Maureen Ohlhausen, a Republican on the Federal Trade Commission, has been appointed interim chair of the FTC by President Trump. Ohlhausen succeeds FTC Chair Edith Ramirez, who was sworn in as a commissioner in 2010 and is resigning effective February 10, 2017.
Recently, amongst growing speculation, Ohlhausen provided some insight into the Commission’s consumer protection goals under the Trump Administration.
The Commission will continue to address unfair and deceptive practices, including those aimed at service members, financial and health issues, and the misuse of sensitive consumer information. However, while such areas will remain hot topics, Ohlhausen remarked that the FTC will seek to prioritize a core objective designed to avoid the stifling of legitimate consumer benefits.
Perhaps most interestingly, Ohlhausen has remarked about ensuring that regulatory enforcement actions address concrete consumer harm, including privacy-related matters. According to Ohlhausen, the FTC will dedicate resources to better inform businesses about their responsibilities while the Commission, itself, seeks a better understanding of the economics of privacy, and the interplay of access to consumer information and innovation.
In the past, Ohlhausen has often insisted that insufficient evidence existed to justify the initiation of enforcement proceedings. A policy shift that focuses more heavily upon proportional enforcement remedies tethered to actual consumer harm, rather than disgorgement of total revenues, would be roundly embraced.
Initial indications are that an objective assessment of the nature and quality of consumer harm will also be a more persuasive factor when the FTC considers whether to initiate an enforcement action, in the first place.
Ohlhausen has also suggested that the breadth of requests for information in conjunction with regulatory investigations will first weigh the need for data against the burden placed upon businesses. Another encouraging sign that the regulatory climate may be shifting.
As far as the search for a permanent chair, recent reports have suggested that President Trump is considering Joshua Wright, a former commissioner at the agency, as well as the current attorney general of Utah, Sean Reyes.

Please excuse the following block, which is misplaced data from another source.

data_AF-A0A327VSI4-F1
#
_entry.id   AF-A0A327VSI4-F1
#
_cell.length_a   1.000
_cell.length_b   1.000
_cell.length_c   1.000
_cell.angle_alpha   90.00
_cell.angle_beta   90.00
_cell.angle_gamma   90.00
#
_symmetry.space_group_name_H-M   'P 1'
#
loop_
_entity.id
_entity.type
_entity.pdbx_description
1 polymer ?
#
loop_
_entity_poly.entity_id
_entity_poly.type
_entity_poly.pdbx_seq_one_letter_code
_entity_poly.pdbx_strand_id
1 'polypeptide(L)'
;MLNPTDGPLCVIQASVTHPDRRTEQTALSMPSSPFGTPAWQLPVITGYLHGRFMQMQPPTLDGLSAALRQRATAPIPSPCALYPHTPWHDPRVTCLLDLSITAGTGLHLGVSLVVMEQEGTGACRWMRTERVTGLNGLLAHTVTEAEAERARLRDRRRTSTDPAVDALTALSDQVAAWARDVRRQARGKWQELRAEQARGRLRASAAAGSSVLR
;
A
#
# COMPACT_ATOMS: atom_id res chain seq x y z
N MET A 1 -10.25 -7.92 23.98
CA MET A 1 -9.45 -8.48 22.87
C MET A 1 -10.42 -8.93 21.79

If tapped by President Trump, Reyes would be a popular pick for dietary supplement marketers. Not only is Utah is teeming with such companies, Sen. Orrin Hatch (R-Utah) played a significant role in drafting the 1994 Dietary Supplement Health and Education Act. If Reyes is chosen, efforts to raise the standard of the type of competent and reliable scientific evidence necessary to support efficacy claims could meet increased resistance.
The foregoing expected shifts in policy may very well result in a less aggressive FTC under President Trump and significant benefits to online marketers, including those that market dietary supplements.
It is anticipated that the consumer protection activities of state attorneys general will shift in reaction to potential changes in the federal enforcement agenda. For example, those that remained relatively quiet during the Obama Administration may now become increasingly active. Multi-state enforcement actions may soon be on the rise, including those pertaining to data and online privacy.
Contact an FTC and state attorney general defense lawyer if you would like to discuss the design and implementation of compliant advertising campaigns, or if you are the subject of a local, state or federal investigation or enforcement action.
HINCH NEWMAN LLP. ADVERTISING MATERIAL. These materials are provided for informational purposes only and are not to be considered legal advice, nor do they create a lawyer-client relationship. No person should act or rely on any information in this article without seeking the advice of an attorney. Information on previous case results does not guarantee a similar future result.